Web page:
How to update an EC2 instance with volume attachments using CloudFormation

31 Mar, 2020

How do you update an EC2 instance with volume attachments using CloudFormation? When you have a stateful server with one more volumes attached to it in your infrastructure, the AWS::EC2::VolumeAttachment resource makes it impossible to update the instance. In this blog I will show you how to configure volume attachments that allow the instance to be updated using an auto scaling group and the EC2 Volume manager.
When you try to update an AWS::EC2::VolumeAttachment, CloudFormation will give the following error:

ERROR: Update to resource type AWS::EC2::VolumeAttachment is not supported.

This prevents you from updating the AMI, or any other property that requires a replacement of the instance.
I solved this problem by changing the resource definition of the stateful machine to a single instance auto scaling group and use the EC2 volume manager utility to dynamically attache volumes upon the start of instances.
To implement this, you have to:

  1. deploy the ec2 volume manager
  2. change from an instance to an auto scaling group
  3. enable rolling updates on the auto scaling group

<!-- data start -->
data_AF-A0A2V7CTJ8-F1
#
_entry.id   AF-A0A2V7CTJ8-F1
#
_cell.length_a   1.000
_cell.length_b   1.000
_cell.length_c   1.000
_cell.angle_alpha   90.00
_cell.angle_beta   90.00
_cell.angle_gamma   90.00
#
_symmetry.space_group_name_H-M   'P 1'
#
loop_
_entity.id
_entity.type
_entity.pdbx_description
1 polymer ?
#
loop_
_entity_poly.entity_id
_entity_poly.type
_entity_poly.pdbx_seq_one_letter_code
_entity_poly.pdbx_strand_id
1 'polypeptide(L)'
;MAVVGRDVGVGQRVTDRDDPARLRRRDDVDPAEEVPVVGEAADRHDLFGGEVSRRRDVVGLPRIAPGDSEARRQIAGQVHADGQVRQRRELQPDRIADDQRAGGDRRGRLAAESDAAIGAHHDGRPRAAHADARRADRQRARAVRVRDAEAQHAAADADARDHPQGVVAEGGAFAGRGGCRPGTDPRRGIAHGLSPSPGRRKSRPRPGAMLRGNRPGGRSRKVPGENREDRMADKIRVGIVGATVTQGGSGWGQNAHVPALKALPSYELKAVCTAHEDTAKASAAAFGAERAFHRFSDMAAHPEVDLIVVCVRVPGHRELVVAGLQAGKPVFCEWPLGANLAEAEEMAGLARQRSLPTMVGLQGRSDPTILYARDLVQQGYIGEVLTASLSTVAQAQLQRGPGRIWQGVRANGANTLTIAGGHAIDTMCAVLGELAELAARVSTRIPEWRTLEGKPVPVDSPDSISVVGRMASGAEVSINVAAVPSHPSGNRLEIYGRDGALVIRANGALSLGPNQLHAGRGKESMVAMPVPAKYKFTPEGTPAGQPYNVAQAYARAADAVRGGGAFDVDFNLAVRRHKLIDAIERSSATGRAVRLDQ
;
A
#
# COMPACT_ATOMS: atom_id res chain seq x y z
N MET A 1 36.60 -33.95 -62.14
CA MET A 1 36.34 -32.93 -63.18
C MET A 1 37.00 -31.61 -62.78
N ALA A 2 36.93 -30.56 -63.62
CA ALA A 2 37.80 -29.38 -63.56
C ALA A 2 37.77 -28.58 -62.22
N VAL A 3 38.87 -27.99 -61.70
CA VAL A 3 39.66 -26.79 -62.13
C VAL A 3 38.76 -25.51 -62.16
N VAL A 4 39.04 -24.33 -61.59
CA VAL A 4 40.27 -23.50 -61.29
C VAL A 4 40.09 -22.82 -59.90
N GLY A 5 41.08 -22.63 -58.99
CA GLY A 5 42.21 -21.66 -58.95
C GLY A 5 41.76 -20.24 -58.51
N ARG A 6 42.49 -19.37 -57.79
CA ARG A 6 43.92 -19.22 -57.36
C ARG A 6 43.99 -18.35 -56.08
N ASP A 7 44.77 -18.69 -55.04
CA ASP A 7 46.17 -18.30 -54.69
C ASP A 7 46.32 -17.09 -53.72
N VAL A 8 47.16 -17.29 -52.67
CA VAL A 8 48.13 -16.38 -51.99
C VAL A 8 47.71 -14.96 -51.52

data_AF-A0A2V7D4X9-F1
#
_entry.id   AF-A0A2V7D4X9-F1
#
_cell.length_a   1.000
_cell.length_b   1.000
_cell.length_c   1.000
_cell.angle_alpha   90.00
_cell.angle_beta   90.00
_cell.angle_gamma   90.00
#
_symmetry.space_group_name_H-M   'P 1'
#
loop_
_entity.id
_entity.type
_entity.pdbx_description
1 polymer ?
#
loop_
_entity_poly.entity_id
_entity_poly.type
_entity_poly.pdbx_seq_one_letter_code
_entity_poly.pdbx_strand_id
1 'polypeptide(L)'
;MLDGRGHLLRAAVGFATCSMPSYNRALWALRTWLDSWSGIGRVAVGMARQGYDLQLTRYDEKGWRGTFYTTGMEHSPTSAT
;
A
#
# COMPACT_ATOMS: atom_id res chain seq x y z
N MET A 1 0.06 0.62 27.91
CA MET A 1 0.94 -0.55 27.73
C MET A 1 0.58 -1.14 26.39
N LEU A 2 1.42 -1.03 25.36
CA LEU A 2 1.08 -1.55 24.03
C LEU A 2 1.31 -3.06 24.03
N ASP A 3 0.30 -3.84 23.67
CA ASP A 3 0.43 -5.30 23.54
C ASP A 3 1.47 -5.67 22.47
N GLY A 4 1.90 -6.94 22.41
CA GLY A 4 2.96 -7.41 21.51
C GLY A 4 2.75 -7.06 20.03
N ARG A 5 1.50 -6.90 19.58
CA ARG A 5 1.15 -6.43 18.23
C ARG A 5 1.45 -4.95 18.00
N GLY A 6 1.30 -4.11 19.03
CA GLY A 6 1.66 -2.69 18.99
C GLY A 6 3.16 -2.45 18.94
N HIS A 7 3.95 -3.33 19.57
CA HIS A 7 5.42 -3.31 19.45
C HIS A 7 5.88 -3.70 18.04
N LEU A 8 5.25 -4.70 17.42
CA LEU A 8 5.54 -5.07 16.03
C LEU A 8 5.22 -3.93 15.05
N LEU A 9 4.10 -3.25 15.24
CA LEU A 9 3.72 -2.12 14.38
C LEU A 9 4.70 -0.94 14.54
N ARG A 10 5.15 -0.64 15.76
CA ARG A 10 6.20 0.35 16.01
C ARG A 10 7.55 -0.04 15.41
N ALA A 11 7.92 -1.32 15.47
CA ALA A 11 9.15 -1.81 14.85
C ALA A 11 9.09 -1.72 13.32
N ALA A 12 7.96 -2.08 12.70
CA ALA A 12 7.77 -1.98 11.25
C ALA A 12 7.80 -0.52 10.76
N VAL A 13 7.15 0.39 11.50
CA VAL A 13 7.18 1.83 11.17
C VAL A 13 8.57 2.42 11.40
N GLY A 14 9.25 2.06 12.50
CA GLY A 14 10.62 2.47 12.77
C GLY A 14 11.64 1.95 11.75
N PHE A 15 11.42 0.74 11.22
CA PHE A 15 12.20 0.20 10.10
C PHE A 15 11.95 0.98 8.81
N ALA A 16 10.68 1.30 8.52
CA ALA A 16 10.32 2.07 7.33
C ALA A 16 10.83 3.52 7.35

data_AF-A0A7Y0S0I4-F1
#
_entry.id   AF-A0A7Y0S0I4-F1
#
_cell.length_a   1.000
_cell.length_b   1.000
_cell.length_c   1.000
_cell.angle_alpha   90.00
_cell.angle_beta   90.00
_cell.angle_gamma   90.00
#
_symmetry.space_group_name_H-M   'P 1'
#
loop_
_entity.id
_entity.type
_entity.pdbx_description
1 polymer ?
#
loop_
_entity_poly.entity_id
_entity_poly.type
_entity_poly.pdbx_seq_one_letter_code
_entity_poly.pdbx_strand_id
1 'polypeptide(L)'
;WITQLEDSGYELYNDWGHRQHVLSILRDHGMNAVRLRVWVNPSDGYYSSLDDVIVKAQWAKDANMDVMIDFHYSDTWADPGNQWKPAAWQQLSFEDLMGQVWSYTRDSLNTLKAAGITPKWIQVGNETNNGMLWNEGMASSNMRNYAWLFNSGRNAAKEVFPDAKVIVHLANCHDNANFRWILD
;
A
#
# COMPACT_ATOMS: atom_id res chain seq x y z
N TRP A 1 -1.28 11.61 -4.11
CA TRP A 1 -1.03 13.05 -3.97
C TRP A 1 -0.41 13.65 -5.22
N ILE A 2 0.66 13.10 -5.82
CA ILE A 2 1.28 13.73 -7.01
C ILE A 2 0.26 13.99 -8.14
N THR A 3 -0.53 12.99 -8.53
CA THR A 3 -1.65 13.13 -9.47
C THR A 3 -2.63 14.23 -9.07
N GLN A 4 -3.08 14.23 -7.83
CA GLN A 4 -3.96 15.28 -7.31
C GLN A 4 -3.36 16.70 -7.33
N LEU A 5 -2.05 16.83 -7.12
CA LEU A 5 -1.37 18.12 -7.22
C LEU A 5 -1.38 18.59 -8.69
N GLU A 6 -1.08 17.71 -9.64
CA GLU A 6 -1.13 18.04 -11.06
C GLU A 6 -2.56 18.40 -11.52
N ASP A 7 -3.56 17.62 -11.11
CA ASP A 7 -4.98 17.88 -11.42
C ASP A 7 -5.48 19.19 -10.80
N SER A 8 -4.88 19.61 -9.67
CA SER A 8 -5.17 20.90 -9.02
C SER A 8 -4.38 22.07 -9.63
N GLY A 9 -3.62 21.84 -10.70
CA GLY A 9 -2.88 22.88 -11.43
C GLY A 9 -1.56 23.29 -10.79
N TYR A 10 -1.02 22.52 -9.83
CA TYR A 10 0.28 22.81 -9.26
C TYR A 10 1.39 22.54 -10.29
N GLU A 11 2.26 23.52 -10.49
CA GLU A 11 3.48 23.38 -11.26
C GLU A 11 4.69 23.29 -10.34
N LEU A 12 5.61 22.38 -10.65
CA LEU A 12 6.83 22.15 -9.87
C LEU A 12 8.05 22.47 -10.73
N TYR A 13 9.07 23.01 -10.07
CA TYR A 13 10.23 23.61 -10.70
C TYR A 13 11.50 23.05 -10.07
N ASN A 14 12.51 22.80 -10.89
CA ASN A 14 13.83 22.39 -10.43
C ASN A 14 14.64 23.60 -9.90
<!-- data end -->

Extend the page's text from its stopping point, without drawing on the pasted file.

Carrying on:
4. signal successful startup to CloudFormation
  5. attach ec2 volume manager tags to volumes and instances

Deploy the EC2 volume manager

Deploy the ec2-volume-manager using the following commands:

git clone
cd ec2-ec2-volume-manager
aws cloudformation deploy \
        --capabilities CAPABILITY_IAM \
        --stack-name ec2-volume-manager \
        --template ./cloudformation/ec2-volume-manager.yaml

Change instance to auto scaling group

Change the definition of your persistence instance, from a AWS::EC2::Instance to an single instance auto scaling group. From:

  Type: AWS::EC2::Instance
    SubnetId: !Select [0, !Ref 'Subnets']
      LaunchTemplateId: !Ref 'LaunchTemplate'
      Version: !GetAtt 'LaunchTemplate.LatestVersionNumber'


    Type: AWS::AutoScaling::AutoScalingGroup
      AutoScalingGroupName: !Ref AWS::StackName
        - !Select [0, !Ref 'Subnets']
        LaunchTemplateId: !Ref 'LaunchTemplate'
        Version: !GetAtt 'LaunchTemplate.LatestVersionNumber'
      MinSize: '0'
      MaxSize: '1'
      DesiredCapacity: '1'

Enable rolling update

Instruct CloudFormation to perform a rolling update to replace the instances:

  Type: AWS::AutoScaling::AutoScalingGroup
        MinInstancesInService: 0
        MaxBatchSize: 1
        WaitOnResourceSignals: true

When the instance needs to be replaced, CloudFormation will update the auto scaling group by destroying the old instance first, followed by the creation of a new instance.

Signal successful startup

CloudFormation will wait until the instance reports it has succesfully started. This is done by the cfn-signal at the end of the boot commands in the launch template.

  Type: AWS::EC2::LaunchTemplate
    UserData: !Base64
      Fn::Sub: |
          -  /opt/aws/bin/cfn-signal --stack ${AWS::StackName} --resource AutoScalingGroup

Without this signal, the update is rolled back.